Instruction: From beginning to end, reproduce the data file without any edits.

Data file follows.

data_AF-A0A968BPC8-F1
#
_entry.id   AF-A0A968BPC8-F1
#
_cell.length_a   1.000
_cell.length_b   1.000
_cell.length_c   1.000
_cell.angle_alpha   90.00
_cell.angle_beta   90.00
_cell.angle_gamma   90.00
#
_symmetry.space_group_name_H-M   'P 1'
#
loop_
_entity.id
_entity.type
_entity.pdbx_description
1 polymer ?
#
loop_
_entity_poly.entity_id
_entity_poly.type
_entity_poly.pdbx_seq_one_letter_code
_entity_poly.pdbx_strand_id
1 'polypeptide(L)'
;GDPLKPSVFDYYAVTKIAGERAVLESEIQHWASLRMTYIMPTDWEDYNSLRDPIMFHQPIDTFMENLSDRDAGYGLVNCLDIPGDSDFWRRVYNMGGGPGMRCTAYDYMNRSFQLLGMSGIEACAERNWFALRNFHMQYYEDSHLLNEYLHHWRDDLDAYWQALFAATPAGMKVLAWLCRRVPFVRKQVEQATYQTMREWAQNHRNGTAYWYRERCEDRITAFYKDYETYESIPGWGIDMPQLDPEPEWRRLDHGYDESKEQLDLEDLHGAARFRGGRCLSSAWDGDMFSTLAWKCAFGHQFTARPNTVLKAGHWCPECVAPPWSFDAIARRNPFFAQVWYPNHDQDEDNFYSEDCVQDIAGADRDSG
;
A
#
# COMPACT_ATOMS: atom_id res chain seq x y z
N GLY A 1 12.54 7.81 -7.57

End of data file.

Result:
data_AF-A0A968BPC8-F1
#
_entry.id   AF-A0A968BPC8-F1
#
_cell.length_a   1.000
_cell.length_b   1.000
_cell.length_c   1.000
_cell.angle_alpha   90.00
_cell.angle_beta   90.00
_cell.angle_gamma   90.00
#
_symmetry.space_group_name_H-M   'P 1'
#
loop_
_entity.id
_entity.type
_entity.pdbx_description
1 polymer ?
#
loop_
_entity_poly.entity_id
_entity_poly.type
_entity_poly.pdbx_seq_one_letter_code
_entity_poly.pdbx_strand_id
1 'polypeptide(L)'
;GDPLKPSVFDYYAVTKIAGERAVLESEIQHWASLRMTYIMPTDWEDYNSLRDPIMFHQPIDTFMENLSDRDAGYGLVNCLDIPGDSDFWRRVYNMGGGPGMRCTAYDYMNRSFQLLGMSGIEACAERNWFALRNFHMQYYEDSHLLNEYLHHWRDDLDAYWQALFAATPAGMKVLAWLCRRVPFVRKQVEQATYQTMREWAQNHRNGTAYWYRERCEDRITAFYKDYETYESIPGWGIDMPQLDPEPEWRRLDHGYDESKEQLDLEDLHGAARFRGGRCLSSAWDGDMFSTLAWKCAFGHQFTARPNTVLKAGHWCPECVAPPWSFDAIARRNPFFAQVWYPNHDQDEDNFYSEDCVQDIAGADRDSG
;
A
#
# COMPACT_ATOMS: atom_id res chain seq x y z
N GLY A 1 12.54 7.81 -7.57